The content below is a transcript of testimony that was presented at the Health IT Committee/Nationwide Health Information Network (NHIN) Workgroup public hearing on identity management and authentication on Jan. 7. by Frank Villavicencio, chair of the Identity Assurance Work Group (IAWG). The NHIN is a collection of standards, protocols, legal agreements, specifications, and services that enables the secure exchange of health information over the internet. To learn more about the NHIN please visit their site. If you would like to subscribe to the IAWG mail list or become involved in the IAWG activities visit their home page for further details.
Update on Jan 14, 2010: Frank Villavicencio (IAWG Chair) has also posted some follow-on additional information on his blog here >> http://bit.ly/7Bbc39
Testimony transcript is below —
My name is Frank Villavicencio, and I am here in my capacity of Chair of the Identity Assurance Work Group of the Kantara Initiative. We thank you for this invitation to testify.
The Kantara Initiative is an industry consortium formed by more than 120 different organizations, governments, foundations, associations, and individuals working on various aspects of digital identity.
Kantara’s goal is to develop the mechanisms to support industry development of interoperable identity management frameworks to increase Internet security while making it easier for users to log into multiple services. As such we believe strongly that the current Kantara work offers immediate solutions to healthcare’s security needs.
I believe that a specific program that Kantara has developed, the Identity Assurance Framework, or IAF, can be adopted immediately by the NHIN, it is ready now and is, in fact, already in use. The Identity Assurance Framework is technology agnostic and already supported by a wide range of industries and organizations globally, both within and outside of healthcare. This program allows multiple identity service providers to support the vast array of users in health care.
The Identity Assurance Framework (IAF) has been developed through collaboration and input from members of the global financial services, government, healthcare, biopharmaceutical, IT security, and telecom sectors. It is based on the four levels of assurance defined in NIST SP 800-63 and OMB publication M04-04. It supports different authentication solutions and identity proofing methods at the various levels of assurance. It recognizes the differences between low and high value transactions and, as such, associated risk profiles and trust levels. Specifically, the Kantara Identity Assurance Framework consists of four parts:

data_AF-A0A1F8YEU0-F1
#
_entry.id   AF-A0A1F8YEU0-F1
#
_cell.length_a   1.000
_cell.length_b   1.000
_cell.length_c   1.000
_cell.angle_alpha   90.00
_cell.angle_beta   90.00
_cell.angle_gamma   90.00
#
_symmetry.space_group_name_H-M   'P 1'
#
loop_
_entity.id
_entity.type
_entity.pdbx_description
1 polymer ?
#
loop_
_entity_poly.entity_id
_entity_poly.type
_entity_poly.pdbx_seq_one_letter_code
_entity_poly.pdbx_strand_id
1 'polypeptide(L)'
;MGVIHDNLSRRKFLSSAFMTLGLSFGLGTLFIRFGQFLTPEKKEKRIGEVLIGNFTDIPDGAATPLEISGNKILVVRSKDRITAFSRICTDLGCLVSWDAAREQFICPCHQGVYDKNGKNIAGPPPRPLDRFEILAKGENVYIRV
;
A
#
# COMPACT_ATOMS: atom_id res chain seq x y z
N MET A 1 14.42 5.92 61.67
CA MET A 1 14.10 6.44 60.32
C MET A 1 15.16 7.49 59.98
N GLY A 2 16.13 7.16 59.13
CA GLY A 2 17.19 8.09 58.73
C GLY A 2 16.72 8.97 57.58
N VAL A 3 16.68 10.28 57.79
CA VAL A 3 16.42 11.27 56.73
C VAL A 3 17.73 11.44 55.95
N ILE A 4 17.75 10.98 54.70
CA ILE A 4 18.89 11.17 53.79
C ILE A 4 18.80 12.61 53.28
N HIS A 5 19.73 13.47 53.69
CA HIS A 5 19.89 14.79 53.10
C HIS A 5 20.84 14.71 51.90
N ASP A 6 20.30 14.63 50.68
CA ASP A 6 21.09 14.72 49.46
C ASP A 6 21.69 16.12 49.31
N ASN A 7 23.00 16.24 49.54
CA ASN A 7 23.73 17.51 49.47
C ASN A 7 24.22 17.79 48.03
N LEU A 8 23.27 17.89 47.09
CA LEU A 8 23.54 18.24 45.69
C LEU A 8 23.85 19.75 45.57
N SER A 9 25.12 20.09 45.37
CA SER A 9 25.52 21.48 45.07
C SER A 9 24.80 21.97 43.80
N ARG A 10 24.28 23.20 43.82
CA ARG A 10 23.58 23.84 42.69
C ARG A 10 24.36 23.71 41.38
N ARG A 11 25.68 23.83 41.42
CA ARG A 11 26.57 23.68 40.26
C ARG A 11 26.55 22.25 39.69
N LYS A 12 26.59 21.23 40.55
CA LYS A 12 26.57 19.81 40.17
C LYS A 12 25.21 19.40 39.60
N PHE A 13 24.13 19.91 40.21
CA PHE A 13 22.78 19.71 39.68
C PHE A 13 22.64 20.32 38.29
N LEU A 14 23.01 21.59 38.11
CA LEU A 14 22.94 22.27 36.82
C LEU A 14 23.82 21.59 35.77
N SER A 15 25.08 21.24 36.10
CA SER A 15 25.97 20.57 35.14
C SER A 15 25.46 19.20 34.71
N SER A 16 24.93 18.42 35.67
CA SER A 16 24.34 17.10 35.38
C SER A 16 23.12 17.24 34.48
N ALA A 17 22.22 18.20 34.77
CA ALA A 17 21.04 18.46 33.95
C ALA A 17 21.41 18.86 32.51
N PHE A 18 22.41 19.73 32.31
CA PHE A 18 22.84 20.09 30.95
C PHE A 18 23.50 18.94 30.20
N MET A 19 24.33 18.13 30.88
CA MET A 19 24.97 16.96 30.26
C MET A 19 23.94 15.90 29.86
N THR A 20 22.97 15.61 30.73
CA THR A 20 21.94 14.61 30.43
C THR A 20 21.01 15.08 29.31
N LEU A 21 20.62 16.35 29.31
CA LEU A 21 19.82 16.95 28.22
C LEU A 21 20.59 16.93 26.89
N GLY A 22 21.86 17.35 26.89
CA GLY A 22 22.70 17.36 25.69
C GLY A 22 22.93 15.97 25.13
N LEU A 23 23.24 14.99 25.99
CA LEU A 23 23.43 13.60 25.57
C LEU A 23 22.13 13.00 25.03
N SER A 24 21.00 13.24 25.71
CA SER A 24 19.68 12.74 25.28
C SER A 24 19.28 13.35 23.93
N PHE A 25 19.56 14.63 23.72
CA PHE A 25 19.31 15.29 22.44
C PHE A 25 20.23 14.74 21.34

The end goal of the IAF work is to provide public and private sector organizations a uniform means of relying on digital credentials issued by a variety of identity assurance providers (credential service providers) to support multiple levels of assurance to facilitate public access to online information. The IAF does not replace any of the existing certificate service providers, nor does it aim to become a Federated Identity Provider. Rather, it provides the criteria to assess and measure compliance with established standards to assure interoperability of e-authentication systems.
Specifically for the focus of this forum, a common set of policies, procedures, and standards to facilitate reliable and secure access to health information is required. Such an approach assures the continued local authorization while using these standards and practices to specify what patient information can be shared, and how the information can be used. To ensure such compliance, yet maintain a level of local autonomy, we suggest the participating members of the NHIN belong to an IAF-compliant Identity Federation. Federation, in this view, is a response to the difficulties presented by the need to maintain decentralized systems with a certain level of local autonomy, yet ensure secure access to critical patient data. Formal federation using a standard set of policies, rules and procedures allows participants to access critical information across the federation.